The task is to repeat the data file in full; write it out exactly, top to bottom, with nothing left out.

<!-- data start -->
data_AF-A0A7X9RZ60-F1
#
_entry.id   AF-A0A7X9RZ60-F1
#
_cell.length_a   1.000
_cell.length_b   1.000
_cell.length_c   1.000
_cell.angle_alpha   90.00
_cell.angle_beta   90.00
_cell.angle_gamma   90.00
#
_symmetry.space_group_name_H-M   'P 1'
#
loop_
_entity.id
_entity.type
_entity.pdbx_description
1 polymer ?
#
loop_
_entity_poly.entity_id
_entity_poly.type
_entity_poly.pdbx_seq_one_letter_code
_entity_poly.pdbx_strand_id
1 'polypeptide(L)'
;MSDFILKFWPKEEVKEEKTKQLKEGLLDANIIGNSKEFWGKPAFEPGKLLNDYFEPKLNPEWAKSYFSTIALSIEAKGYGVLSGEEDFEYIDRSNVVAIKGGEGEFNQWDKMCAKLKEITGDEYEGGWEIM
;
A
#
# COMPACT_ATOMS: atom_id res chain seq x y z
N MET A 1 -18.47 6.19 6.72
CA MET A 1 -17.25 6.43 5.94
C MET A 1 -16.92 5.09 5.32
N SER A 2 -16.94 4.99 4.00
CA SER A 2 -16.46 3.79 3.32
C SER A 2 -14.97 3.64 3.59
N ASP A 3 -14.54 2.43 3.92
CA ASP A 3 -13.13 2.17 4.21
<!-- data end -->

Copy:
data_AF-A0A7X9RZ60-F1
#
_entry.id   AF-A0A7X9RZ60-F1
#
_cell.length_a   1.000
_cell.length_b   1.000
_cell.length_c   1.000
_cell.angle_alpha   90.00
_cell.angle_beta   90.00
_cell.angle_gamma   90.00
#
_symmetry.space_group_name_H-M   'P 1'
#
loop_
_entity.id
_entity.type
_entity.pdbx_description
1 polymer ?
#
loop_
_entity_poly.entity_id
_entity_poly.type
_entity_poly.pdbx_seq_one_letter_code
_entity_poly.pdbx_strand_id
1 'polypeptide(L)'
;MSDFILKFWPKEEVKEEKTKQLKEGLLDANIIGNSKEFWGKPAFEPGKLLNDYFEPKLNPEWAKSYFSTIALSIEAKGYGVLSGEEDFEYIDRSNVVAIKGGEGEFNQWDKMCAKLKEITGDEYEGGWEIM
;
A
#
# COMPACT_ATOMS: atom_id res chain seq x y z
N MET A 1 -18.47 6.19 6.72
CA MET A 1 -17.25 6.43 5.94
C MET A 1 -16.92 5.09 5.32
N SER A 2 -16.94 4.99 4.00
CA SER A 2 -16.46 3.79 3.32
C SER A 2 -14.97 3.64 3.59
N ASP A 3 -14.54 2.43 3.92
CA ASP A 3 -13.13 2.17 4.21